fair trial is a fundamental one and it is the duty of the Trial Chamber to ensure that it is
protected. However, the Prosecution correctly observes that the jurisprudence on indefinite
stays of proceedings is that there must be found to have been a serious violation of human rights
justifying such an extreme measure.3 The Trial Chamber would therefore need to be satisfied
that (1) its decisions on judicial notice of adjudicated facts and on the admission of certain
evidence pursuant to Rule 92 bis together result in a violation of the Accused’s right to a fair
trial, and (2) that this violation is of such an egregious nature that the Chamber should stay the
proceedings.

5.      As noted by the Prosecution, the Trial Chamber has already considered, and rejected, the
Accused’s arguments concerning the cumulative effect of its decisions on judicial notice of
adjudicated facts and on the admission of Rule 92 bis evidence.4                    The Chamber remains
unconvinced by any of the Accused’s submissions in the Motion concerning the effect of
judicial notice of adjudicated facts and of admitting evidence pursuant to Rule 92 bis, either
individually or cumulatively, and both in the abstract and in the concrete circumstances of the
Trial Chamber’s decisions to date under Rules 92 bis and 94(B). Indeed, in these decisions, and
others concerning the application of Rule 92 quater and the taking of judicial notice of
documentary evidence, the Trial Chamber has made every effort to ensure that the fair trial
rights of the Accused are protected. In the Motion, the Accused merely repeats arguments that
he has already raised before the Trial Chamber and cites, in addition, a scholarly article critical
of the Tribunal’s use of these provisions.

6.      The Chamber notes that the European Court of Human Rights cases referred to in the
Motion are fully consonant with the Tribunal’s jurisprudence to the effect that a Chamber cannot
enter a conviction of an accused based solely on the evidence of a witness who has not been
subject to cross-examination.5 Moreover, the Accused will have ample opportunity to bring
evidence to rebut those adjudicated facts which are the subject of judicial notice. He argues,
nonetheless, that the amount of “untested evidence” already admitted in the present case is such



3
  Decision on Karadžić’s Appeal of Trial Chamber Decision on Alleged Holbrooke Agreement, 12 October 2009,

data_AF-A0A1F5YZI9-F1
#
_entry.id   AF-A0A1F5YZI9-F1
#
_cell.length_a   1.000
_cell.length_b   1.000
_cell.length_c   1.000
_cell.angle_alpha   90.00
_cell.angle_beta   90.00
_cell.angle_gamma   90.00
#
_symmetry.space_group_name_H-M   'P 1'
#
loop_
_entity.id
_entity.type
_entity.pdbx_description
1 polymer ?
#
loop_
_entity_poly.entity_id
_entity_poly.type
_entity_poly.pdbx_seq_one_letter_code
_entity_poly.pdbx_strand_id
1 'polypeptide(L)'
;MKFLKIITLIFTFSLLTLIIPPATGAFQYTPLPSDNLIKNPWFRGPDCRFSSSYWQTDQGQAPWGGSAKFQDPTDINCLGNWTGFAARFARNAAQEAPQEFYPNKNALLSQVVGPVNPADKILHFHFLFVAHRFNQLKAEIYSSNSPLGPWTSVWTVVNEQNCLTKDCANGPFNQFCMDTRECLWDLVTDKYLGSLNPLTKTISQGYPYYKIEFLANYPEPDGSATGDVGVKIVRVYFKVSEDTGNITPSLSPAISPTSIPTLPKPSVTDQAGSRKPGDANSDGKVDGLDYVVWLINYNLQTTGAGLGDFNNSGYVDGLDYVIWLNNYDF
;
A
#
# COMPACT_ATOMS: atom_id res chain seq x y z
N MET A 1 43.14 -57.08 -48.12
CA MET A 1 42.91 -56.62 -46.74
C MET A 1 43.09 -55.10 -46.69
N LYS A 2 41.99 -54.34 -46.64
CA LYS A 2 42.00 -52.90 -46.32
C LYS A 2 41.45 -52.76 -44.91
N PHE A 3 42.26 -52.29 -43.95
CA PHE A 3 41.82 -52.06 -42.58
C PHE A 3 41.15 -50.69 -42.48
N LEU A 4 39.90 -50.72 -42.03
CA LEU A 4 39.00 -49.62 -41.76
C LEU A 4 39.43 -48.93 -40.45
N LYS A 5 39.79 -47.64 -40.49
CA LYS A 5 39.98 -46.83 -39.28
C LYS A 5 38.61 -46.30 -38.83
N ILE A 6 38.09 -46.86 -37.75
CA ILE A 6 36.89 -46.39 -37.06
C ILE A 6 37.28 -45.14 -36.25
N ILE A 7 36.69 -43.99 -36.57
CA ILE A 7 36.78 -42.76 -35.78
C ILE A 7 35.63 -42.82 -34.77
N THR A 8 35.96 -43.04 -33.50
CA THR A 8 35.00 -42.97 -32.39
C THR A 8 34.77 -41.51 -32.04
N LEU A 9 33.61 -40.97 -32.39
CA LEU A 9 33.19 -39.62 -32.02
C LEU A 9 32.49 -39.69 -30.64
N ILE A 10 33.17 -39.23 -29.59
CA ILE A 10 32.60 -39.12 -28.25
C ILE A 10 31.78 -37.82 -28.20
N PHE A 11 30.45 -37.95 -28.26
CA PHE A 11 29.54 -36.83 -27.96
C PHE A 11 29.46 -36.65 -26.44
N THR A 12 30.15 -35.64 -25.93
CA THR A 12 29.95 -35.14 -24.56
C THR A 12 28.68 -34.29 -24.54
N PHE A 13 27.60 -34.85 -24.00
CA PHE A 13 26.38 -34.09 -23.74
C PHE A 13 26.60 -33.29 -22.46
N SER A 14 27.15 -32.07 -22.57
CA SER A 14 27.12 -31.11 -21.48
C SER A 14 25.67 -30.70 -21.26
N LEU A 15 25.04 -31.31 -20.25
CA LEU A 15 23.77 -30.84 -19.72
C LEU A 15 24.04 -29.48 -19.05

paras. 45–47; Prosecutor v. Nikolić, Case No. IT–94–2–AR73, Decision on Interlocutory Appeal Concerning
   Legality of Arrest, 5 June 2003, paras. 28–33.
4
  Decision on Prosecution Motion for Admission of Testimony of Witness KDZ198 and Associated Exhibits
   pursuant to Rule 92 quater, 20 August 2009, para. 10; Decision on Accused’s Application for Certification to
   Appeal Decision on Rule 92 quater (Witness KDZ198), 31 August 2009; Decision on Second Prosecution
   Motion for Judicial Notice of Adjudicated Facts, 9 October 2009, para. 53.
5
  See Prosecutor v. Martić, Case No. IT-95-11-A, Judgement, 8 October 2008, fn. 486.

Case No. IT-95-5/18-T                                 3                                            8 April 2010
                                                                                                  34622

that the Chamber will have to base its final decision upon it to a “decisive extent”.6 The
Chamber rejects this argument as wholly unfounded. Until the final Judgement is issued in this
case, the parties can only speculate as to what evidence the Chamber will admit, how that
evidence will be evaluated, and what conclusions will be drawn from it. Should the Chamber
base any conviction of the Accused solely on witness evidence that has not been subject to
cross-examination, it will be for the Accused to raise that issue on appeal at the appropriate time.

7.         For these reasons, the Chamber is not satisfied that there has been any violation of the
Accused’s right to a fair trial which would justify a stay of the proceedings.

                                             Disposition

8.         Accordingly, the Trial Chamber, pursuant to Articles 20 and 21 of the Statute of the
Tribunal and Rule 54 of the Rules, hereby DENIES the Motion.




           Done in English and French, the English text being authoritative.


                                                       ___________________________
                                                       Judge O-Gon Kwon
                                                       Presiding


Dated this eighth day of April 2010
At The Hague
The Netherlands

                                        [Seal of the Tribunal]




6
    Motion, para. 22.

Case No. IT-95-5/18-T                             4                                      8 April 2010